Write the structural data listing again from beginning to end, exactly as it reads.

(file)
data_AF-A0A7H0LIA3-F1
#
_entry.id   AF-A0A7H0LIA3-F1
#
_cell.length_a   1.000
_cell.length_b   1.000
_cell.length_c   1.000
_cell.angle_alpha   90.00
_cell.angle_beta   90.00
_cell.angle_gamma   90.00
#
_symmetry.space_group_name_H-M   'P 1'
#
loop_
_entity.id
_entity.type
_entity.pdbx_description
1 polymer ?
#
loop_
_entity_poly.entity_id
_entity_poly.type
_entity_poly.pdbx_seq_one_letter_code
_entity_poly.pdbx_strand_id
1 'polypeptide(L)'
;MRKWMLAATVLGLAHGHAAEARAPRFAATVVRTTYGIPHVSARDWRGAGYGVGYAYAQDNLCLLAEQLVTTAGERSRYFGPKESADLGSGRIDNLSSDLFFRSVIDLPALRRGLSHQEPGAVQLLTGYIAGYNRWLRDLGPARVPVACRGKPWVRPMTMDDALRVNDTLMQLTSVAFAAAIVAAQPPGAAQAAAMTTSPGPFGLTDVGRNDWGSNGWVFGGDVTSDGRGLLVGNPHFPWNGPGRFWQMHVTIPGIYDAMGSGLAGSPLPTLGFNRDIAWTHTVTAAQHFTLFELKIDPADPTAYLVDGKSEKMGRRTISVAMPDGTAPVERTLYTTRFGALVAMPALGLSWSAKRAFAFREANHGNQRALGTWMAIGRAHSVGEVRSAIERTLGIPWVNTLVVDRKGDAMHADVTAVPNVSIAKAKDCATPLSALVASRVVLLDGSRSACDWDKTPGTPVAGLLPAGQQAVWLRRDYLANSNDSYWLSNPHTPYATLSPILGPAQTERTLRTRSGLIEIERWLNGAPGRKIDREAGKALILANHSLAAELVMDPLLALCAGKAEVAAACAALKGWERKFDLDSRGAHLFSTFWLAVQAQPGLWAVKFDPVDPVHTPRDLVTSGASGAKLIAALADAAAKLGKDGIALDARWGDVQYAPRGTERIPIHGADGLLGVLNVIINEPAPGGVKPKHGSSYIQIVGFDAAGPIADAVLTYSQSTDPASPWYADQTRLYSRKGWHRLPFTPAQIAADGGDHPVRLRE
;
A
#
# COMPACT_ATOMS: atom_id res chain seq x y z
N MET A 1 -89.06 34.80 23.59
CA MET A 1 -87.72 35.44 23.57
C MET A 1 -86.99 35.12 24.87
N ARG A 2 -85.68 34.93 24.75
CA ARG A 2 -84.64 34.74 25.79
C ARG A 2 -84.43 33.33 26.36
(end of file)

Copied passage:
data_AF-A0A7H0LIA3-F1
#
_entry.id   AF-A0A7H0LIA3-F1
#
_cell.length_a   1.000
_cell.length_b   1.000
_cell.length_c   1.000
_cell.angle_alpha   90.00
_cell.angle_beta   90.00
_cell.angle_gamma   90.00
#
_symmetry.space_group_name_H-M   'P 1'
#
loop_
_entity.id
_entity.type
_entity.pdbx_description
1 polymer ?
#
loop_
_entity_poly.entity_id
_entity_poly.type
_entity_poly.pdbx_seq_one_letter_code
_entity_poly.pdbx_strand_id
1 'polypeptide(L)'
;MRKWMLAATVLGLAHGHAAEARAPRFAATVVRTTYGIPHVSARDWRGAGYGVGYAYAQDNLCLLAEQLVTTAGERSRYFGPKESADLGSGRIDNLSSDLFFRSVIDLPALRRGLSHQEPGAVQLLTGYIAGYNRWLRDLGPARVPVACRGKPWVRPMTMDDALRVNDTLMQLTSVAFAAAIVAAQPPGAAQAAAMTTSPGPFGLTDVGRNDWGSNGWVFGGDVTSDGRGLLVGNPHFPWNGPGRFWQMHVTIPGIYDAMGSGLAGSPLPTLGFNRDIAWTHTVTAAQHFTLFELKIDPADPTAYLVDGKSEKMGRRTISVAMPDGTAPVERTLYTTRFGALVAMPALGLSWSAKRAFAFREANHGNQRALGTWMAIGRAHSVGEVRSAIERTLGIPWVNTLVVDRKGDAMHADVTAVPNVSIAKAKDCATPLSALVASRVVLLDGSRSACDWDKTPGTPVAGLLPAGQQAVWLRRDYLANSNDSYWLSNPHTPYATLSPILGPAQTERTLRTRSGLIEIERWLNGAPGRKIDREAGKALILANHSLAAELVMDPLLALCAGKAEVAAACAALKGWERKFDLDSRGAHLFSTFWLAVQAQPGLWAVKFDPVDPVHTPRDLVTSGASGAKLIAALADAAAKLGKDGIALDARWGDVQYAPRGTERIPIHGADGLLGVLNVIINEPAPGGVKPKHGSSYIQIVGFDAAGPIADAVLTYSQSTDPASPWYADQTRLYSRKGWHRLPFTPAQIAADGGDHPVRLRE
;
A
#
# COMPACT_ATOMS: atom_id res chain seq x y z
N MET A 1 -89.06 34.80 23.59
CA MET A 1 -87.72 35.44 23.57
C MET A 1 -86.99 35.12 24.87
N ARG A 2 -85.68 34.93 24.75
CA ARG A 2 -84.64 34.74 25.79
C ARG A 2 -84.43 33.33 26.36